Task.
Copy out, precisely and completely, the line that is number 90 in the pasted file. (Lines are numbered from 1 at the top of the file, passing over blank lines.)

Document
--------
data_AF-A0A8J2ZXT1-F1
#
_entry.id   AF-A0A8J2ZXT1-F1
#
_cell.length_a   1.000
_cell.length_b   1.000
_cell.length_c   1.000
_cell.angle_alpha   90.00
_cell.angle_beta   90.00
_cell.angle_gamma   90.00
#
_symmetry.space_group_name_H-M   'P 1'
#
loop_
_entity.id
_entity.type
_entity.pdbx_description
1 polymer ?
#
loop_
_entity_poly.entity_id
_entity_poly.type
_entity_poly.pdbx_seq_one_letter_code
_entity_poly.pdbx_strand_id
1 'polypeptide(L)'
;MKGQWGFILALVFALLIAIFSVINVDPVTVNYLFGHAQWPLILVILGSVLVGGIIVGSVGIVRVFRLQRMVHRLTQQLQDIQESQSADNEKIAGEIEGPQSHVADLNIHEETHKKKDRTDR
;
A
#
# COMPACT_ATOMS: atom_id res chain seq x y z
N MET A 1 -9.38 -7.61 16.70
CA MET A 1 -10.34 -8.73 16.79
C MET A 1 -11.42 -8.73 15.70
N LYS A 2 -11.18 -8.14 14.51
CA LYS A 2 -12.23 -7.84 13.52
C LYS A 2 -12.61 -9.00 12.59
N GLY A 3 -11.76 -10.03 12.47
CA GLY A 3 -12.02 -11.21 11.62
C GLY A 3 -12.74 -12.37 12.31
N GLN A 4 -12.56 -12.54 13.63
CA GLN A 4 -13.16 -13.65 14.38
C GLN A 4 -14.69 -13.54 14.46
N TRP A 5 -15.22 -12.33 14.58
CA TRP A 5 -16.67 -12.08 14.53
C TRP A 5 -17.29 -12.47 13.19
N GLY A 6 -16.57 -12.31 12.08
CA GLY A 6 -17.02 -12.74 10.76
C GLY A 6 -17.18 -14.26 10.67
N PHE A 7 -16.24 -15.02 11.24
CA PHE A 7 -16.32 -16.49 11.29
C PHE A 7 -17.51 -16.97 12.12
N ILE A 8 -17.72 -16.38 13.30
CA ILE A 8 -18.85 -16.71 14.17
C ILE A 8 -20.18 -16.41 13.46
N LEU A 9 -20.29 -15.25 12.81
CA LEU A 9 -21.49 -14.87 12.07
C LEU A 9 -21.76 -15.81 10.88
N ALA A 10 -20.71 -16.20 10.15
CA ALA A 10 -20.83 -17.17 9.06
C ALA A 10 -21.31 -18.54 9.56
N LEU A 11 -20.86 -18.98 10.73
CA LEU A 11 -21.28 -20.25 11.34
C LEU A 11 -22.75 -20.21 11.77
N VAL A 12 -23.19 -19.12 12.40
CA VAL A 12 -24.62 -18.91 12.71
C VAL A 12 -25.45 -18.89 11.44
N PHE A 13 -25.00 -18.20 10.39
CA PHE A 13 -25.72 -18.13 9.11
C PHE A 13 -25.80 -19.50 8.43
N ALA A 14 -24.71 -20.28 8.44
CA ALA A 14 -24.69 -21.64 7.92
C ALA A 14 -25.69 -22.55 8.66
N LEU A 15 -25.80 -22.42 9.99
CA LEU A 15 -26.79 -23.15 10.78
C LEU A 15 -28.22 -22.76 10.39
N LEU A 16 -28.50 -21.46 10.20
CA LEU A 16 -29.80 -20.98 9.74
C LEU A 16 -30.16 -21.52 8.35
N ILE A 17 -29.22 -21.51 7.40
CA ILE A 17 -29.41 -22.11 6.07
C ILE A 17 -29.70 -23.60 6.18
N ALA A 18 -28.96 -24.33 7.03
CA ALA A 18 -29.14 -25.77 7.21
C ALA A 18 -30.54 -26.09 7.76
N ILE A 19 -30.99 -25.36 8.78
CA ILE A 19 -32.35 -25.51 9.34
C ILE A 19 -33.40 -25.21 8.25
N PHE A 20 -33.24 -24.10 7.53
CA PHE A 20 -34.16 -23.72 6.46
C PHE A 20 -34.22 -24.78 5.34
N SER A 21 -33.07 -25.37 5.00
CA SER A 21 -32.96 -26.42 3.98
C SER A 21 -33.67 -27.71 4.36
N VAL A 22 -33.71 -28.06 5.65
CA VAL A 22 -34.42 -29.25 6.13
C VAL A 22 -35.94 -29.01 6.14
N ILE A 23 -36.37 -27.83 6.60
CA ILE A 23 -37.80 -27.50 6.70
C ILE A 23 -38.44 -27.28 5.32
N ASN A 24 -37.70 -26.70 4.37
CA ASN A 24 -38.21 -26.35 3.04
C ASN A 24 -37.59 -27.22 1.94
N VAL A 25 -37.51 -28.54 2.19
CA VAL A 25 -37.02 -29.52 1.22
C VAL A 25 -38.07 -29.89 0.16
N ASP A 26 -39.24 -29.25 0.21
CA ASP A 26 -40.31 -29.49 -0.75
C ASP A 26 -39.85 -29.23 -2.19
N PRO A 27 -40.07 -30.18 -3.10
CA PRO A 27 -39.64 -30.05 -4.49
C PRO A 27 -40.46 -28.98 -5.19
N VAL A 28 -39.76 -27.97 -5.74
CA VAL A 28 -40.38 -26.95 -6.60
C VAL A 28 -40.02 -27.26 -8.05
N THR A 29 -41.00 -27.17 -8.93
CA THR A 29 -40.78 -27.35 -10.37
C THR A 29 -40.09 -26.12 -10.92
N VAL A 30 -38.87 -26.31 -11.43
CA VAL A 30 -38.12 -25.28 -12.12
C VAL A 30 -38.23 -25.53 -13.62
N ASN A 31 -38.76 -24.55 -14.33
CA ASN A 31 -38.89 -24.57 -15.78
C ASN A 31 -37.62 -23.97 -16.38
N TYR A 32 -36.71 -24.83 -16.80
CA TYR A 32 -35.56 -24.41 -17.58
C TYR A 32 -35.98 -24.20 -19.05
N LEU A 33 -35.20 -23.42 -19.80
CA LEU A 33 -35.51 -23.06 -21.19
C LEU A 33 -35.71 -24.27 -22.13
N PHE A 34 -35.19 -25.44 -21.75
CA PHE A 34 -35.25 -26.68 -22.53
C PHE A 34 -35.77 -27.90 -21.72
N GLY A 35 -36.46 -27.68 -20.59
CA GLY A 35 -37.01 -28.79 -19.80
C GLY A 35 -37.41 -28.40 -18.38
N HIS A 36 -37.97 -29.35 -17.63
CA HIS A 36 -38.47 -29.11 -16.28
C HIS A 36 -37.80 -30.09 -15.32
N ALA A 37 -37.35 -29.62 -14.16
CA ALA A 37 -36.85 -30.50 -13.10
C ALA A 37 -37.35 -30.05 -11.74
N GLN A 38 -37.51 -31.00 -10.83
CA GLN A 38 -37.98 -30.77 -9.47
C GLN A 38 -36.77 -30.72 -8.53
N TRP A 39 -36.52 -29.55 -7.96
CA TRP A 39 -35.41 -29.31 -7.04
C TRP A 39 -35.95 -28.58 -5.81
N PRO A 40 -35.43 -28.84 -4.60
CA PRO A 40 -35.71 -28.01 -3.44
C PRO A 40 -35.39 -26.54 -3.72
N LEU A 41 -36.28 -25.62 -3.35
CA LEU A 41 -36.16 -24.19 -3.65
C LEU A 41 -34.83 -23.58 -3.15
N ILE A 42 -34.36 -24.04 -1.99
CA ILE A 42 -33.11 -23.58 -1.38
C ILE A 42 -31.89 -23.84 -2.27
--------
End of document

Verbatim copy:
C PHE A 20 -34.22 -24.78 5.34